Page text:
Since the very first parkrun in Bushy Park on Saturday 2 October 2004, more than four million people have had their barcodes scanned at parkrun events around the world.
For some people, parkrun is something they might do every now and then, maybe at Christmas time with family, or when catching up with an old friend for a coffee…
But for millions of others, they have well and truly caught the parkrun bug and they #loveparkrun!
Diagnosing the condition known as ‘parkrun fever’ can be tricky, so here are six ways you can tell if you’ve fallen for parkrun…
1. You book your holidays around parkrun
Forget the Maldives, Hawaii or the Carribean, your bucket-list of holiday destinations now includes Vääksyn in Finland, Missouri in the USA, and Zielona Góra in Poland. Why? Because of parkrun!
When booking hotels, you spend hours forensically analysing Google Maps to work out the most convenient accommodation for obscure parks and open spaces, and you have mastered the art of dissecting public transport routes and timetables in 14 different languages.
With parkrun currently taking place across 21 countries worldwide in over 1,800 locations, the possibilities of parkrun tourism and challenges are endless. Wherever you choose to go, there are two rules that remain constant:
2. You have barcodes everywhere
Speaking of barcodes, you know you’ve fallen hard for parkrun when every pocket, nook and cranny is filled with barcodes.
Possibly scarred by a previous experience, or just suffering from ‘Unknown Athlete’ anxiety, you take no chances when it comes to remembering your barcode.
You cannot open a bag, glove box or drawer without a barcode popping out, and you might even have one on your wrist, your shoelaces or your wallet at all times, just in case.
Wherever your personal secret stash is located, there are four words that you live by: Don’t forget your barcode! #DFYB
3. You get up earlier on Saturdays than you do for work
From Monday to Friday, the alarm clock is your arch nemesis and the only antidote is the snooze button. You may wait until the last possible moment to crawl out of bed, savouring every last second of sleep and the comfort of the duvet… but not on Saturdays!
Lie-ins are not in your vocabulary when the weekend rolls around. On
Saturday, sorry we mean parkrunday, the prospect of a 4:30am alarm to get up and catch a train is totally normal, and you spring out of bed bursting with the enthusiasm of a toddler on Christmas Day.
Friday evenings are now parkrun-prep time as you lay out your kit with military precision, get your breakfast ready, and leave your trainers by the door with excitement and anticipation. Or better yet, you might even sleep with them on so you’re ready to go at the crack of dawn.
Where once you planned your big night out all week, now you much prefer the prospect of running up a boggy hill in the pouring rain. It’s official: Saturday morning is the new Saturday night.
4. You measure everything in parkruns
Your passion for your free, weekly, timed 5k is so great that all previously used units of measurements have gone out of the window, and now every journey or distance is calculated solely in parkruns.
During every race you enter, you will find yourself with “only a parkrun to go” and on long car journeys, the numbers on road signs are merely an opportunity for you to show off how you have mastered your five times tables.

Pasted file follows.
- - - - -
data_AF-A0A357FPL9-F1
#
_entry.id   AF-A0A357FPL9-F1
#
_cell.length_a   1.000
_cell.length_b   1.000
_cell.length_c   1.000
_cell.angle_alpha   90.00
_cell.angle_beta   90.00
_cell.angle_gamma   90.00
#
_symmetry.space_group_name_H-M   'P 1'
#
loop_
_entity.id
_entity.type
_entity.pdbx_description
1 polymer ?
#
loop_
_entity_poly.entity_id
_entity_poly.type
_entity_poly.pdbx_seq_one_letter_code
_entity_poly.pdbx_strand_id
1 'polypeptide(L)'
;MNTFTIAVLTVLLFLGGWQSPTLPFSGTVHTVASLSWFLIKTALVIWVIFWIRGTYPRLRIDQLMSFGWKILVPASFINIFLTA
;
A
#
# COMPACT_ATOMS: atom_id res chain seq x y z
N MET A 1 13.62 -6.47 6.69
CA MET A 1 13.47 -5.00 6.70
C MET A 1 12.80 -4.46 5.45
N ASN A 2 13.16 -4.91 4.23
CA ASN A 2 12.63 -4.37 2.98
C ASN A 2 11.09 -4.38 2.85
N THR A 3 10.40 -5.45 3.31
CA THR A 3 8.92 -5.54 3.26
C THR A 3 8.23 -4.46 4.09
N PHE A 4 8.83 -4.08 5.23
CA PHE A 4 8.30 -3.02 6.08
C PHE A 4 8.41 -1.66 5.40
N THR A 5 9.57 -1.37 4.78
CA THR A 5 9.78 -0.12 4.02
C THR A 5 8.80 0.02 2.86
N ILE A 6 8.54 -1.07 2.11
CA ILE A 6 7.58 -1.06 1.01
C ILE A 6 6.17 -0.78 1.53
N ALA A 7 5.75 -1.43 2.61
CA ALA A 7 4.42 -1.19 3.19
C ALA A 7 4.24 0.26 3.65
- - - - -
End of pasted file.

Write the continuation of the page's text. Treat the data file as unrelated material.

For example, did you know that London is located only 106.8 parkruns away from Edinburgh? Or that Land’s End to John O’Groats is just 281.4 parkruns? Of course you did.
5. Your birthday is a way to improve your age grading
For so long, birthdays meant getting another year older, grey hairs and a few more wrinkles. But now you see the ageing process as a gateway to new parkrun possibilities.
Each year gives you the opportunity to improve your age grading percentage, and if that wasn’t enough, every five years you get to enter a new age category!
When it comes to parkrun age is just a (very satisfying) number.
6. You have a group chat solely for parkrun
Last but not least, it’s the group chat. Every parkrunning family or friendship group has one, and the notifications build-up in a crescendo as the weekend approaches.
Once alphabets, elevation profiles and cafes have been taken into consideration and you’ve reached a committee decision on where to parkrun, come Saturday morning the group catches fire. The fighting talk begins with bold predictions of PBs, followed by some “I’m just taking it easy today” management of expectations.
After the minute-by-minute travel updates and weather forecasts play out, things go quiet as the start time approaches… that is until the official results emails and texts drop later in the day, and the whole process begins again!
On Saturday we welcomed back Cape Pembroke Lighthouse parkrun, in the Falkland Islands, and all three events in Australia’s Northern Territory, representing another positive moment in the gradual return of parkrun events around the world. It was great to see the unofficial parkrun podcast, With Me Now, live-streaming from Nightcliff and Palmerston parkruns. If…
The New Zealand Government has agreed in principle to move to Alert Level 1 at 11:59pm on 21 September, for all locations other than Auckland. Should this date remain unchanged when the final decision is announced, we intend to reopen events in New Zealand, with the exception of the five events in Auckland, on Saturday…